In the wake of the deadly mass shooting at the Planned Parenthood clinic in Colorado Springs, a number of Republicans have begun to use the issue to try and pivot from their failure to pass comprehensive immigration reform and to claim that they’re on the right track.
Rep. Steve King, R-Iowa, is using the issue as a wedge to try to take down Rep. Steve Scalise, R.
La., over his support for immigration reform.
The House Majority Leader told CNN on Monday that Scalise’s support for border security measures is a reason for the congressman’s resignation.
“I think it’s going to get a lot more attention than the other issues that we have, but it’s not the only issue,” he said.
“We have to get people back to work, and that’s why we have a border security program that allows people to come here without fear of being deported.
And we’re not going to be able to do that with border security alone.”
But when King asked reporters why he would use the shooting as an excuse to keep Scalise out of the House, Rep. Adam Kinzinger, R.-Ill., the top Republican on the House Judiciary Committee, jumped in.
“We are going to have a tough fight on health care,” Kinz, the ranking member on the panel, said.
Kinzinger’s remarks came after GOP Rep. John Fleming, R., and Rep. Pete Sessions, R, both of whom have been criticized for supporting immigration reform, both told reporters Monday that the shooting had nothing to do with the legislation.
“It is very much not about immigration reform,” Fleming said.
“When I see that people are trying to blame immigration reform for this tragedy, I think it makes me feel better,” Sessions said.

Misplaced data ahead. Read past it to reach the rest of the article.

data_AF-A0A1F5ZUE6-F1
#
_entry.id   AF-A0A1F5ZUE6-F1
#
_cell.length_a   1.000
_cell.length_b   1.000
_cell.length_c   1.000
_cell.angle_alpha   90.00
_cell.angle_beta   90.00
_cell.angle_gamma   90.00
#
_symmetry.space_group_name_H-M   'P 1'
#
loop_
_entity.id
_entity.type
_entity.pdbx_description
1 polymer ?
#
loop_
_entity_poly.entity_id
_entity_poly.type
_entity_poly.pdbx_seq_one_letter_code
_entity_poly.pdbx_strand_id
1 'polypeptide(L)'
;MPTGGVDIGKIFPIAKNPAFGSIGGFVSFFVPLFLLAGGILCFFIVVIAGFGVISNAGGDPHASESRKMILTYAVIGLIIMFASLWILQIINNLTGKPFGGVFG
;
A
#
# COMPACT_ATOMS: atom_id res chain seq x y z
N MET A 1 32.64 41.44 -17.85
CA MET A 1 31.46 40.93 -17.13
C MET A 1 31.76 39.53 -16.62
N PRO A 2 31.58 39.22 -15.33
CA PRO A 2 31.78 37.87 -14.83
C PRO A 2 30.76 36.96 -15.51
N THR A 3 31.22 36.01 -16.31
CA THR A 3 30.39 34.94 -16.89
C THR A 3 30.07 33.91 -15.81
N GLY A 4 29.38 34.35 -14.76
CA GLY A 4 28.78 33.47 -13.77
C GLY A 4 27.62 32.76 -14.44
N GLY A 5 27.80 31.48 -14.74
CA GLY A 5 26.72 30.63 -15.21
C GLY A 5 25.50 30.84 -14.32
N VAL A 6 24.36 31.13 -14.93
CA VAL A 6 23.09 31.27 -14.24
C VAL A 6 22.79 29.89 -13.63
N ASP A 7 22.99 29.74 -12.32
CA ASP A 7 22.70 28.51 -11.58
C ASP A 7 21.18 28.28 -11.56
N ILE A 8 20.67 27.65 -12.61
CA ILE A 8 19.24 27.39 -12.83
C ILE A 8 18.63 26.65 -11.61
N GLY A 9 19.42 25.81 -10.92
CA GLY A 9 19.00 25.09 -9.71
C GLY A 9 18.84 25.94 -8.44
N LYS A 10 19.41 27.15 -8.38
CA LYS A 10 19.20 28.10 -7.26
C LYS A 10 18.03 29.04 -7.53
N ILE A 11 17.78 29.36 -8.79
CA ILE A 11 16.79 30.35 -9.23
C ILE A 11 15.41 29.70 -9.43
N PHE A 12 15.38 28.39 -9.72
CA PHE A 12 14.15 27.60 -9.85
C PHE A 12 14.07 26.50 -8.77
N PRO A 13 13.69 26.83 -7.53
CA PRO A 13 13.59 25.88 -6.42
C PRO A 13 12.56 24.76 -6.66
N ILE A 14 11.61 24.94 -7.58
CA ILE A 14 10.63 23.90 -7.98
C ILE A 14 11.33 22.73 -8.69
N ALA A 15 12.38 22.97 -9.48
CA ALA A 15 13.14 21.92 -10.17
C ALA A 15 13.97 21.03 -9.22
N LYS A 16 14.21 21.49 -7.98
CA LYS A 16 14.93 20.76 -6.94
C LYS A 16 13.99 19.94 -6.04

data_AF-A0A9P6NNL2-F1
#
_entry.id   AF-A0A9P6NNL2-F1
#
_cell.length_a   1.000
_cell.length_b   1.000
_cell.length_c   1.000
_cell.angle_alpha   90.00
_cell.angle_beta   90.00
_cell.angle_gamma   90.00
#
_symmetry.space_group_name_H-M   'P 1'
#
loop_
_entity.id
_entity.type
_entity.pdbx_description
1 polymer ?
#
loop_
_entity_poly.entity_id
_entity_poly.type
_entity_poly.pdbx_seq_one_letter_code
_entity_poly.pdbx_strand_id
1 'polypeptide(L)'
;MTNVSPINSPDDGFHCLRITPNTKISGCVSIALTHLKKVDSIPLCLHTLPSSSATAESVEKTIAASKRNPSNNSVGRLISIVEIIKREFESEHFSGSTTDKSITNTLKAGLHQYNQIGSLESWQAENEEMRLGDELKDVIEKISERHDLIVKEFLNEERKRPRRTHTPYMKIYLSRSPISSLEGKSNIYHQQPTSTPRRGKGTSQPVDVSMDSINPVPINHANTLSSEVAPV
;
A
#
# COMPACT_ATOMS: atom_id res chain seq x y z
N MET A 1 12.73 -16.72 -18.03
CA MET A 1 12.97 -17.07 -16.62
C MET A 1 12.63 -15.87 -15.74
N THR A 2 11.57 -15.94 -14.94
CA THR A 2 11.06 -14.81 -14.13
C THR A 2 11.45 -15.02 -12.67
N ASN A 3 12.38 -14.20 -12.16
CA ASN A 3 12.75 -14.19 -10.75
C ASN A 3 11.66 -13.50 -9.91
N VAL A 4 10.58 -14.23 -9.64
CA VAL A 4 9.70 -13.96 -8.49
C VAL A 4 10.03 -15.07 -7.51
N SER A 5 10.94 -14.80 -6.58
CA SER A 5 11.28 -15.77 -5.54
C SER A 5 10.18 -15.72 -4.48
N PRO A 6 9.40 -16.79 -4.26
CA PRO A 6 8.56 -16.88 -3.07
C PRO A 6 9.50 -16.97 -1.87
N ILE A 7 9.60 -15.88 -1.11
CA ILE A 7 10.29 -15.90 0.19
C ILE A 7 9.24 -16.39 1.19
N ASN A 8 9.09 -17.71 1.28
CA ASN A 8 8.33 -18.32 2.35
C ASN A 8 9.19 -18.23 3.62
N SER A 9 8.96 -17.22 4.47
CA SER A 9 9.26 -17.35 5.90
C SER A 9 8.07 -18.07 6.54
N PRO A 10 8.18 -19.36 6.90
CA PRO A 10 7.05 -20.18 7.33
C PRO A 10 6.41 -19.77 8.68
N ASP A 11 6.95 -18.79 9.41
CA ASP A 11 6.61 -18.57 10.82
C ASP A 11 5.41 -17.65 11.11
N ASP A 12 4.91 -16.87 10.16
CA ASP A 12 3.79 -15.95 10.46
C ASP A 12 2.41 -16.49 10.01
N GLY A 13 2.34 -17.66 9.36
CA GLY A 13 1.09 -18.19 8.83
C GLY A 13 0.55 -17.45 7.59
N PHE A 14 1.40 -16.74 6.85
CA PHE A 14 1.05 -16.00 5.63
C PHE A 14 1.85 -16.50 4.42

But when asked why he’s still backing Scalise for the job, Kinz said that Scalises “was a very effective member of the Republican caucus for a long time.”
“He had strong leadership skills,” Kinza said.
While Scalise and Sessions have been outspoken on immigration reform in recent days, King, who has criticized Trump, has been relatively quiet on the issue.
When asked by CNN’s Jake Tapper about Scalise being a possible target for Democrats, King responded, “It’s not just him.”
King and other Republicans have been taking a hard line on immigration, especially after a deadly weekend in California when a man opened fire on a crowd of people protesting immigration reform legislation, killing six and wounding 19.
While some have expressed concern about Trump’s support of immigration reform as a way to draw votes away from the GOP, King said on ABC’s “This Week” that he does not believe immigration reform is a wedge and he believes Trump should stay out of it.
King has been a strong supporter of Trump’s agenda, especially his agenda to cut taxes for the wealthy, build a wall on the border and deport undocumented immigrants, but he has said that he believes immigration reform will ultimately fail.